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Posts from the ‘Books’ Category

Day 3: Let’s try this again

I turned 38 yesterday by catching up on work, playing around with my new dermaroller, and going to Korean BBQ for dinner with my husband and our friends. It may not have been the most exciting of days, but it was the sort of day I needed: quiet and relaxing.

My plan was to get all of my steps in before dinner because I knew it’d be hard to get them all in afterwards, but the day flew by. Dinner came and went. At 9 pm, I was still about 6,000 steps short.

I wasn’t worried (although I probably should have been). I’ve walked thousands of steps before by doing laps around my living room, so I figured I’d just suck it up and get pacing. Unfortunately, I messed up. My little guy wanted to lay in bed with me to fall asleep. I wasn’t in the mood for bedtime drama, so I took the easy route and I gave in.

It worked. He fell asleep easily… but, so did I.

One minute, I’m laying in bed, thinking about how many laps I’ll need to walk to get 15,000 steps before midnight. The next minute, I’m waking up, it’s 6 am, and I’m still wearing my contact lenses. Obviously, I didn’t hit my step goal. Talk about a great start to this challenge!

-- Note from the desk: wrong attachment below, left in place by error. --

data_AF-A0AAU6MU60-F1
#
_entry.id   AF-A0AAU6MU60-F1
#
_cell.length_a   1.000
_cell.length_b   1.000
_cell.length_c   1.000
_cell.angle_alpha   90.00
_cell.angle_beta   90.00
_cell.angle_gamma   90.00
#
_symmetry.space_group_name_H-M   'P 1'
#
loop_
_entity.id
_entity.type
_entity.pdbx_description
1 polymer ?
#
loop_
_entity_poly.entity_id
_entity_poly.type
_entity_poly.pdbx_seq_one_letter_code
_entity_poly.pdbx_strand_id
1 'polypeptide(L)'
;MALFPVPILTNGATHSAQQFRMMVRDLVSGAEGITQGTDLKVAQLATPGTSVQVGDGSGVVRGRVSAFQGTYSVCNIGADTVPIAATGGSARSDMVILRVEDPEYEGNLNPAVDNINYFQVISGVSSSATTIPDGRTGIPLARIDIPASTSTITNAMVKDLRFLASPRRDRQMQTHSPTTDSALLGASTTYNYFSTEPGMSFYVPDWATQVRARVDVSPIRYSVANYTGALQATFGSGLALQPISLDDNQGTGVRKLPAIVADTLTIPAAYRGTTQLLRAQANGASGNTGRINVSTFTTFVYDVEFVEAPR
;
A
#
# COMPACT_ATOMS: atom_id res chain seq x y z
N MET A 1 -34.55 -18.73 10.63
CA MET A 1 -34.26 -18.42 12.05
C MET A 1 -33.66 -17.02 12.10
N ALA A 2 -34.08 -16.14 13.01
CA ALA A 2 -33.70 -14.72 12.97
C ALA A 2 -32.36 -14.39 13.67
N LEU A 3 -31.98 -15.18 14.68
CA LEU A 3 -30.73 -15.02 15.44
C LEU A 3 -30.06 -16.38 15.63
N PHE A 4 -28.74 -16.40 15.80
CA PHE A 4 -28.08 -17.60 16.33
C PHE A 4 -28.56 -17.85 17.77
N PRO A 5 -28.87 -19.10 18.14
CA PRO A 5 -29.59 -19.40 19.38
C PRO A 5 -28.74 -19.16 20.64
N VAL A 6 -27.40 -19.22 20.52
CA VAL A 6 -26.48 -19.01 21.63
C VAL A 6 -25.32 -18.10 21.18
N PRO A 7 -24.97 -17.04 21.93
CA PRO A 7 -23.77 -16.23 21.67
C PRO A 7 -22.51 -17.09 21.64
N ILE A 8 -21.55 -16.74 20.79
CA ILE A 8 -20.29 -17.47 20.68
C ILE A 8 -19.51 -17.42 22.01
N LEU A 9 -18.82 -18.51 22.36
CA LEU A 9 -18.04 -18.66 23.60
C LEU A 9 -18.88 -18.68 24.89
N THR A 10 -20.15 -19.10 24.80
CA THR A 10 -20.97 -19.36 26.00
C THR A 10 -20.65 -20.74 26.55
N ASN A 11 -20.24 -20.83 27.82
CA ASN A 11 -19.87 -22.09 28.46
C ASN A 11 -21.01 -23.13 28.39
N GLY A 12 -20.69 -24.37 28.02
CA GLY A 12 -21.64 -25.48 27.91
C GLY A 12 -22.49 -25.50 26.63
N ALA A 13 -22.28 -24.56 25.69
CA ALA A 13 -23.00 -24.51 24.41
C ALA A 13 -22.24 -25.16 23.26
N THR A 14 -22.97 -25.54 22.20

Its ok though. I’m not discouraged. I’m not throwing in the towel. I’m just going to start over again today. No biggie. That’s the great thing about getting up in the morning (even for us non-morning people): a new day brings new beginnings and new opportunities for change.

Speaking of change, I listened to Dr. Rangan Chatterjee’s latest podcast episode on sleep today. Dr. Chatterjee is the author of the book, “How to Make Disease Disappear,” which I’m obsessed with inspired my goals for this latest attempt at my 15,000 steps challenge. I’ve known for a while that sleep is important, but it wasn’t until I read Dr. Chatterjee’s book that I really understood just how much sleep affects my overall health.

Sleep impacts everything. For example, there was a study done in 2011 to measure how sleep deprivation affects muscle mass growth and recovery. They took a group of people, put them on a diet, and then split them into two smaller groups: one that was supposed to sleep 5.5 hours a night and another that slept 8.5 hours a night. At the end of the study, the people who slept less had 60% less muscle mass than when they started. The other group had actually gained 40% more muscle mass. Back when I did my Experiments 1 and 2, I didn’t even consider how sleep might impact my efforts in the gym. I focused solely on my workouts and the number of calories I ate. I was certain my experiments failed because I didn’t eat enough protein or work out hard enough, but it’s entirely possible my poor sleep habits were to blame.